New-car shoppers will see mileage numbers on the window stickers of many 2017 model-year cars that are lower than their 2016 predecessors, even though the cars have no mechanical differences.
It’s due to a change in the way that the Environmental Protection Agency calculates window-sticker gas mileage in an effort to better reflect real-world mileage, according to the agency and automakers.
The change could meaningfully affect EPA ratings on nearly 30% of all new cars, a Cars.com analysis of 2017 model-year EPA data indicates.
The analysis looked at the top 75 best-selling vehicles through July with no mechanical or aerodynamic changes. Out of that group, there were 84 variations of individual vehicles (the V-6 versus the four-cylinder, for example). Twenty-three of those, or 27.4%, received a lower EPA highway and city combined driving mileage rating for the 2017 model year.
The revisions could cause consumers to change their minds about models. Bill Meyer, a Kansas City attorney, saw that the 2017 Volkswagen Passat that he has been eyeing fell 4 miles per gallon, from 38 mpg to 34 mpg, in its EPA highway mileage rating, and 2 mpg combined.
“When I looked at the window sticker, I thought, ‘Wow, this is taking a big hit,'” Meyer said. “Why is there such a mileage discrepancy? Thirty-four is not nearly as interesting to me as 38. So it’s making me rethink my decision.”
Models seeing the drop of a single mile per gallon in their combined ratings included versions of Honda Accord, Toyota RAV4 and Hyundai Sonata. Versions of the Volkswagen Passat and Toyota Camry Hybrid fell by 2 mpg in combined highway and city driving.
The recalculation means shoppers cannot compare 2017 mileage numbers to their 2016 predecessors, but Cars.com has learned the EPA plans to address this soon with updates to its website that will allow shoppers to compare the new numbers with models as far back as the 2011 model year.
Real-world mileage shouldn’t change for drivers, but the EPA ratings could fall noticeably in the agency’s biggest adjustment since it issued sweeping changes to window-sticker mileage ratings nearly a decade ago.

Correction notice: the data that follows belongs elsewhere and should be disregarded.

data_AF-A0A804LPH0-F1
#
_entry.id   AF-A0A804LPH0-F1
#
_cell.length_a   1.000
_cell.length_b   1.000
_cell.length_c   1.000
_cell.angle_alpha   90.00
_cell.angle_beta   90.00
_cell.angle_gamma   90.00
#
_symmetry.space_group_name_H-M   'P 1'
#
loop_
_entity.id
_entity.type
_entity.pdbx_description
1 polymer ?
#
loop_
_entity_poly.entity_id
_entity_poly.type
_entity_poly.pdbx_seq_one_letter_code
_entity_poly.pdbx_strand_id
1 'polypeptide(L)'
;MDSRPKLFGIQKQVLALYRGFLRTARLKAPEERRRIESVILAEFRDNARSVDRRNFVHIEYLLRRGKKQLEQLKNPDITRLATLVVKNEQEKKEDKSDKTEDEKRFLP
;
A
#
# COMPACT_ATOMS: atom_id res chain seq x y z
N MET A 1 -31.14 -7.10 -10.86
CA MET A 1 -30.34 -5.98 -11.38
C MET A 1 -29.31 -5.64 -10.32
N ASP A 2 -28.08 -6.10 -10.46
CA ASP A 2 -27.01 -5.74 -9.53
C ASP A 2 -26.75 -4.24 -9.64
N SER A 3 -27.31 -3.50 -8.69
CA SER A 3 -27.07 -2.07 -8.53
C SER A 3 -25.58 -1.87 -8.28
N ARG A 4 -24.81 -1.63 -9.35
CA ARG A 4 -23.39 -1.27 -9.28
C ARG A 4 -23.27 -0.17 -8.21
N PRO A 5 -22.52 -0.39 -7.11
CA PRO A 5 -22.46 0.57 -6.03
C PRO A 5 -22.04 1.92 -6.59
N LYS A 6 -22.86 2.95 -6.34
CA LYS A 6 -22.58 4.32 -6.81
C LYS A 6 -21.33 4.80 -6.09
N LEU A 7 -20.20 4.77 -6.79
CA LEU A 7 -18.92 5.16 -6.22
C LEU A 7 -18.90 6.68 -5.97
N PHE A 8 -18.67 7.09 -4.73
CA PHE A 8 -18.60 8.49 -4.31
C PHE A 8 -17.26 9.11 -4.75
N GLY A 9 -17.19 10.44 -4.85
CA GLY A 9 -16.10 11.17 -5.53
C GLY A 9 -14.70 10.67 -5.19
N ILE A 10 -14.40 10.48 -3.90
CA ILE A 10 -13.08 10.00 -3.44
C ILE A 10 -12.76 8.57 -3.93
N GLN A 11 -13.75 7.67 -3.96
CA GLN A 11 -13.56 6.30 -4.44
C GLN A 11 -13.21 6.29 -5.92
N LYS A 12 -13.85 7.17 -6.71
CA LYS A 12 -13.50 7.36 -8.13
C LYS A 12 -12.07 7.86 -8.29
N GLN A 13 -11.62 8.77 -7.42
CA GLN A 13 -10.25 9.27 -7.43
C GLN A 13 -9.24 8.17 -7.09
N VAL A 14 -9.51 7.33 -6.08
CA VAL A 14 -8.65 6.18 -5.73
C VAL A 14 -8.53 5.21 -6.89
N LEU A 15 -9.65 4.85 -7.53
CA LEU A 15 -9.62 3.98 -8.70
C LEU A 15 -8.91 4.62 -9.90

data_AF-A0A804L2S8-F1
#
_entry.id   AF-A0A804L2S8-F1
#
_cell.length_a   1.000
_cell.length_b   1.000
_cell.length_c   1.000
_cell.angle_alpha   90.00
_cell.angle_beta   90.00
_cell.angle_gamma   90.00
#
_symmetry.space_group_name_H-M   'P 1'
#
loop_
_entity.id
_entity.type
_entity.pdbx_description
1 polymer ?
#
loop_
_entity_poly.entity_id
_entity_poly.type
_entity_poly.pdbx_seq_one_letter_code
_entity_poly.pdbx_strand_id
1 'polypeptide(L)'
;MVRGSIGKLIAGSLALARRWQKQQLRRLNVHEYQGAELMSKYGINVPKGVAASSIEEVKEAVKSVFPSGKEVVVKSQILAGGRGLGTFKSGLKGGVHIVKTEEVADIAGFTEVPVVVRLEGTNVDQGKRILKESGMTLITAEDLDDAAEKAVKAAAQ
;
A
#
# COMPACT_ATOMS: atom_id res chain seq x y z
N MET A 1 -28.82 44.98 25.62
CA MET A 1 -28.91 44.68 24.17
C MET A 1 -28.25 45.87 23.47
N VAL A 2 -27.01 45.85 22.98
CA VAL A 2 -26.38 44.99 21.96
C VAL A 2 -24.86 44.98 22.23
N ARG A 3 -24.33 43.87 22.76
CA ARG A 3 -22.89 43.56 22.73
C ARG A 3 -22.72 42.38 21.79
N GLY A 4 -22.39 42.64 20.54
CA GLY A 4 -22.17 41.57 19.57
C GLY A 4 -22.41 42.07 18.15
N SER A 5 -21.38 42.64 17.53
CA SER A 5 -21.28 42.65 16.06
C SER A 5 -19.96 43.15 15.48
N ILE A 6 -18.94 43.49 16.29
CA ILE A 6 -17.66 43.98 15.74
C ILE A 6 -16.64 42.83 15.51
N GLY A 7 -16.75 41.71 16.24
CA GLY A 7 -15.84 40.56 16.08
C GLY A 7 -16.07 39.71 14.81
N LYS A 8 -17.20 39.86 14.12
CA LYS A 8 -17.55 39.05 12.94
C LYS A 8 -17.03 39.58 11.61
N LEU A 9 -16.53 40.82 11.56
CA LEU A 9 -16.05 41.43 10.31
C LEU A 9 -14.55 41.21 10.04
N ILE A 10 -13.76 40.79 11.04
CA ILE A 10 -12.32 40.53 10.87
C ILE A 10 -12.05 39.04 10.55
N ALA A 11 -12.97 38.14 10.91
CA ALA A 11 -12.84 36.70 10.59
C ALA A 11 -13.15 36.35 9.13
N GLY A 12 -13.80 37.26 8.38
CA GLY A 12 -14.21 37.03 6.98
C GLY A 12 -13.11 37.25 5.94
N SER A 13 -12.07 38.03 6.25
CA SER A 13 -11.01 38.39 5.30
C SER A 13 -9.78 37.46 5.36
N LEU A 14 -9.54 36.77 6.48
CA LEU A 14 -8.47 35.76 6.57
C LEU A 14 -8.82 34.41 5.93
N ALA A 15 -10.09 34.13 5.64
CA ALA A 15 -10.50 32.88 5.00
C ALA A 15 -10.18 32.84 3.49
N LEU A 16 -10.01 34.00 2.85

The analysis turned up more changes than in the EPA’s own checks into gas mileage on 2016 model-year cars. The agency ran 1,209 fuel-economy results from the 2016 model year through the agency’s updated calculations. Just 15% of that group — 186 variations — fell by 1 mpg in combined. Thirteen, or about 1%, increased by 1 mpg. The combined mileage stayed the same for the remaining 84%.
EPA figures are seldom whole numbers, so rounding can mask — or exaggerate — actual changes. Some cars may actually see their values increase, the EPA notes, but the difference is “so small and subtle” that the perceived change could be more the result of rounding.
“Some of those changed because they were 26.4 before and now they’re 26.6 after,” Bunker said. “When you change these methodologies you’ll move some more for rounding.”
When the EPA issued its broad update of fuel-economy ratings back in 2008, it required automakers to go from two testing cycles to five, adding tests for things such as cold-weather operation, higher speeds, faster acceleration and air-conditioning usage. It also tried to reflect other real-world factors such as road conditions and wind.
Still, a lot of automakers stuck with two-cycle testing and applied what’s called a “curve fit” — a mathematical correction that aligns the results from two cycles to a hypothetical five-cycle test. The EPA developed the math from data it gathered from 2002 to 2006.
“The manufacturer can choose to run all five or run just the city-highway [cycles] and just apply the curve fit,” explained Ryan Harty, who manages Honda’s environmental business development office. “Not all labs have that [five-cycle] capability, and I think EPA recognized that.”